Mandarin Chinese is the most spoken language in the world, and this fall, West Contra Costa Unified School District (WCCUSD) kindergartners will be both speaking and learning it. On February 15, the WCCUSD Board of Education approved a new Mandarin dual-immersion school that will open for the 2017-2018 academic year.
The school, which will be located at the Serra Adult School campus in Richmond, will immerse students in Mandarin, starting in kindergarten and eventually continuing through sixth grade, creating both biliterate and bilingual students.
“It helps students to have the opportunity to interact with people who speak Chinese for both business and career—and academic and social—interaction, which will certainly give them advantages,” said Dr. Eric Peterson, the WCCUSD director of elementary special education programs.
The school will begin dual-immersion instruction in kindergarten, an age when students are beginning to develop language skills, Peterson said.
“It’s the best time for students to be learning a new language,” he added.
Like the district’s Spanish dual-immersion programs, kindergartners in the Mandarin program will spend 90 percent of the school day speaking Mandarin and 10 percent speaking English. By second grade, 70 percent of instruction will be in Mandarin and 30 percent will be in English, and this will continue until the day will be split evenly between the two languages, Peterson said.
According to the Center for Applied Linguistics, the 90-10 dual-immersion model provides a strong foreign language immersion experience for native English speakers, and according to the Califorina Department of Education, this model produces higher levels of bilingualism than other models.
The school will open with three 24-student kindergarten classes and will add a grade each year as students progress.
The district will pay $600,000 in initial staffing costs for new teachers and support staff for the Mandarin school, and $125,000 for supplies to upgrade the Serra Adult School campus for kindergarten students. Another $75,000 will be spent to build a kindergarten playground on the campus.
The Mandarin dual-immersion school will be open to all students entering kindergarten. There is no requirement for students to speak Mandarin prior to enrollment, but half of the incoming class must represent children from low-income backgrounds, children who are English language learners or foster youth, Peterson said.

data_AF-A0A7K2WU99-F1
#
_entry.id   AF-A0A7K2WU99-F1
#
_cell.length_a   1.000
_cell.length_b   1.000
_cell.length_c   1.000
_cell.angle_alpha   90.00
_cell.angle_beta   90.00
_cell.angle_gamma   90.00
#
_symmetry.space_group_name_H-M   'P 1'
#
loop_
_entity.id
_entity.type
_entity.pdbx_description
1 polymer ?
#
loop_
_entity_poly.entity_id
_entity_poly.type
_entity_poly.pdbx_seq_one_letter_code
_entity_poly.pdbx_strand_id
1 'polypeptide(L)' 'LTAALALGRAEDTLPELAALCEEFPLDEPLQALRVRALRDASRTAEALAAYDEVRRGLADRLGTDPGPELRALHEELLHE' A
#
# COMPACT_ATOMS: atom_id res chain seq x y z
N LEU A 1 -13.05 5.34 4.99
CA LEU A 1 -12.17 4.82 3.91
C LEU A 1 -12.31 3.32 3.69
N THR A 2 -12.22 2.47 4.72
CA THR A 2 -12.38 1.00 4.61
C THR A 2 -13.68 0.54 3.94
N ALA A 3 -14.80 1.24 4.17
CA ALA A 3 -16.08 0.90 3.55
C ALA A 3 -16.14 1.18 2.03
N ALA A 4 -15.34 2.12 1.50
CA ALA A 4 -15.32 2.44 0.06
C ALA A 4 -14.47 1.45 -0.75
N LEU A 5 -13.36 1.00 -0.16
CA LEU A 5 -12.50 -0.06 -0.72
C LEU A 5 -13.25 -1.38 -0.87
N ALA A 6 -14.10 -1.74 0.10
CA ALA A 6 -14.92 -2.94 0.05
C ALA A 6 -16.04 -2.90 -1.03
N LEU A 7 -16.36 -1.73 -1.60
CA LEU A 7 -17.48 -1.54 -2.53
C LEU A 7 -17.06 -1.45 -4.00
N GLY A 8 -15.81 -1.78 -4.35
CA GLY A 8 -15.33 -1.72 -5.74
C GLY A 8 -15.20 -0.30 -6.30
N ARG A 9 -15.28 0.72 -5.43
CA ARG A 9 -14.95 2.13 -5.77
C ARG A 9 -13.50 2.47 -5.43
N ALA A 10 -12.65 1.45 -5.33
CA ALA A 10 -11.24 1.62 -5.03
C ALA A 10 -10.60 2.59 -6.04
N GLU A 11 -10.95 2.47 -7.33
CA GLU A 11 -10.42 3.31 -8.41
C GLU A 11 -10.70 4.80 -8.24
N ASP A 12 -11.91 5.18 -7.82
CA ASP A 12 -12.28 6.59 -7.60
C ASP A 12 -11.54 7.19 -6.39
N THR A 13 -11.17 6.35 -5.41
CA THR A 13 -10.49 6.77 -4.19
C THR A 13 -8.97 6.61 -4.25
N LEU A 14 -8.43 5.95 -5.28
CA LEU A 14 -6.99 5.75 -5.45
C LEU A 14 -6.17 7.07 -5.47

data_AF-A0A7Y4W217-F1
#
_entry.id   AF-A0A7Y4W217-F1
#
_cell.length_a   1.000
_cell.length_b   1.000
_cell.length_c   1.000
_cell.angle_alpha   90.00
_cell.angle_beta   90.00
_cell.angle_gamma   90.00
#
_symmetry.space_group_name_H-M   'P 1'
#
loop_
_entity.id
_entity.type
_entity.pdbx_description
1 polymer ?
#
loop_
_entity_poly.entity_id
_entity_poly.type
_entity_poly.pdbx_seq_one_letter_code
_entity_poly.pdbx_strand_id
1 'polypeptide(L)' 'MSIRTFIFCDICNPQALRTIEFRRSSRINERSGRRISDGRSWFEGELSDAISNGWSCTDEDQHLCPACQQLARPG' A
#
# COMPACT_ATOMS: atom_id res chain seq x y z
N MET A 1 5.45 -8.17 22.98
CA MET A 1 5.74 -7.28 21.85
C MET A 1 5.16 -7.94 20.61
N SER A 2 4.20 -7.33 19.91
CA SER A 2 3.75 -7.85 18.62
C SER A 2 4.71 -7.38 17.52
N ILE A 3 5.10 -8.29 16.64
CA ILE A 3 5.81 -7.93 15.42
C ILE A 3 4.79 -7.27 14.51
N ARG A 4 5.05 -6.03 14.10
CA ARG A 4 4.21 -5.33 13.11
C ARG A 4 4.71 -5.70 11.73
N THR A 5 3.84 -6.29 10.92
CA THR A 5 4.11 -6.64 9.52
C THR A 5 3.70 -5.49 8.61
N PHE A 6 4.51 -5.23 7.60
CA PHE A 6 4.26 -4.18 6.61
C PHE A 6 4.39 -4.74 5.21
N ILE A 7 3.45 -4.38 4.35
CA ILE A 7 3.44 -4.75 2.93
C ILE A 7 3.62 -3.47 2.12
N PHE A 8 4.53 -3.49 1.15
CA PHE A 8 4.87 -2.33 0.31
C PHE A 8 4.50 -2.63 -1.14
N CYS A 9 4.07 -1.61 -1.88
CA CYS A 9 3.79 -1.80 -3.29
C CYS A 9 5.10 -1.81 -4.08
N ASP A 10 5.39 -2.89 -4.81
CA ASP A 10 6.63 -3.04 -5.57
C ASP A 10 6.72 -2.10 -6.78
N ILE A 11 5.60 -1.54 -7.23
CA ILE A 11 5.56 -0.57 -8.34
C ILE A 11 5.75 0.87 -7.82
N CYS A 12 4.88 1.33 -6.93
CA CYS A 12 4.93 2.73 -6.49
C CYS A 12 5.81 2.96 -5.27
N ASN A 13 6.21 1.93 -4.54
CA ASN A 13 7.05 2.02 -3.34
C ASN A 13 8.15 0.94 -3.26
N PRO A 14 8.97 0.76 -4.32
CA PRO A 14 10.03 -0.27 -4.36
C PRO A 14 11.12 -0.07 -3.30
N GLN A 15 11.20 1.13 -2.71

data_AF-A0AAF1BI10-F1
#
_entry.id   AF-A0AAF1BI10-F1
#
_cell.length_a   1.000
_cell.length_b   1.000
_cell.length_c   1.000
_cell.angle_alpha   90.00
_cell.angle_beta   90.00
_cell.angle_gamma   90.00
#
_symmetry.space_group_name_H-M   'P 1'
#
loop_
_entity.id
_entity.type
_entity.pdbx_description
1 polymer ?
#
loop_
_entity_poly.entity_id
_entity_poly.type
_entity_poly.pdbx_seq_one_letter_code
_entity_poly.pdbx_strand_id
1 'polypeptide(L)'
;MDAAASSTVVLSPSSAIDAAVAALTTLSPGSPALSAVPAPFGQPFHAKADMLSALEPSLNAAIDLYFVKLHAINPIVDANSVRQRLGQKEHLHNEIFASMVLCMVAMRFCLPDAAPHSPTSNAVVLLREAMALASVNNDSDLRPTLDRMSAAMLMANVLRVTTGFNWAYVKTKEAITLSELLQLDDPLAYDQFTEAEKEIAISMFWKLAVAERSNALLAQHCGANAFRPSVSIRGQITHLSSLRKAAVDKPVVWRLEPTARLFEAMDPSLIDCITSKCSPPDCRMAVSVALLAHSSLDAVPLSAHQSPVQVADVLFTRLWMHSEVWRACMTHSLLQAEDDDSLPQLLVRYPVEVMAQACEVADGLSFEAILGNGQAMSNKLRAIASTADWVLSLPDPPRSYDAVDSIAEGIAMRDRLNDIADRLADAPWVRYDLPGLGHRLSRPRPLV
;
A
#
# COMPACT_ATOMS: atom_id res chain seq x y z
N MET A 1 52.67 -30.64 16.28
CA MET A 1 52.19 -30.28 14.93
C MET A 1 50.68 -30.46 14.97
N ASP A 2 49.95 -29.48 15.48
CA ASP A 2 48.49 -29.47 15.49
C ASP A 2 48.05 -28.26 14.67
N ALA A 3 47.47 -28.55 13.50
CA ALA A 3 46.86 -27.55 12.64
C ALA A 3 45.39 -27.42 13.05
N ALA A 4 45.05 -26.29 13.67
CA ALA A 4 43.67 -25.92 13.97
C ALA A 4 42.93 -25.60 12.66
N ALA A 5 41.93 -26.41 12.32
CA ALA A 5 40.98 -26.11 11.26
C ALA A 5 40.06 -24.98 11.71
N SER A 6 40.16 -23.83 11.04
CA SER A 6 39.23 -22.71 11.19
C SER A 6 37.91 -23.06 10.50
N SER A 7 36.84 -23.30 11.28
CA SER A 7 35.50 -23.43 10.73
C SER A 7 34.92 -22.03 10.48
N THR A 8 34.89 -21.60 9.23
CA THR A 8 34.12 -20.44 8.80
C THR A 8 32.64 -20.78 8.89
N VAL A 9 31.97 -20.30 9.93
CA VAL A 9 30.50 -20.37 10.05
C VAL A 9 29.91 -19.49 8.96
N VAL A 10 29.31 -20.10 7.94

“We want to make sure that this is a diverse school that is creating equity and opportunity for kids,” he said.
Along with opening a new dual-immersion school, the district also plans to expand the existing dual-immersion Spanish program at Washington Elementary School in Point Richmond. Another 24-student dual-immersion classroom will be added along with the school’s two existing such classrooms.
“The district is still working on additional steps to strengthen its language immersion offerings,” WCCUSD communications director Marcus Walton wrote in an email response.
Bryan Brandow, a fourth and fifth grade Spanish dual-immersion teacher at Washington Elementary School, said he’s excited to see the district’s commitment to these programs. “It’s a way to maintain the culture of the community and to value it and to give students an opportunity to earn more money and to have an edge of getting in to college,” he said.
During the 2015-2016 academic year, more than 10,600 students in the district, over 34 percent of the student body, were classified as English language learners. Of those, nearly 9,000 listed Spanish as their first language.
In dual-immersion classrooms, English learners and native English speakers learn together at the same pace, which Brandow said allows students to help and teach each other.
“That’s part of the immersion aspect—it’s not just me who’s the one providing instruction,” Brandow said. “In dual-immersion, both languages are of the same status. That’s what makes it powerful.”
The United Teachers of Richmond (UTR) union released a statement supporting the district’s commitment to dual-immersion programs, but also expressing concern that expansion of those programs might displace current students and teachers by replacing traditional track classrooms in schools.
“To grow dual-immersion in Washington, there has to be space and there have to be teachers,” UTR President Demetrio Gonzalez said in an interview, explaining there is concern that the district will have to “get rid of the traditional track to fit” the expanded dual-immersion program.
The district has not announced plans to expand the dual-immersion Spanish program at Washington Elementary School beyond creating an additional kindergarten classroom.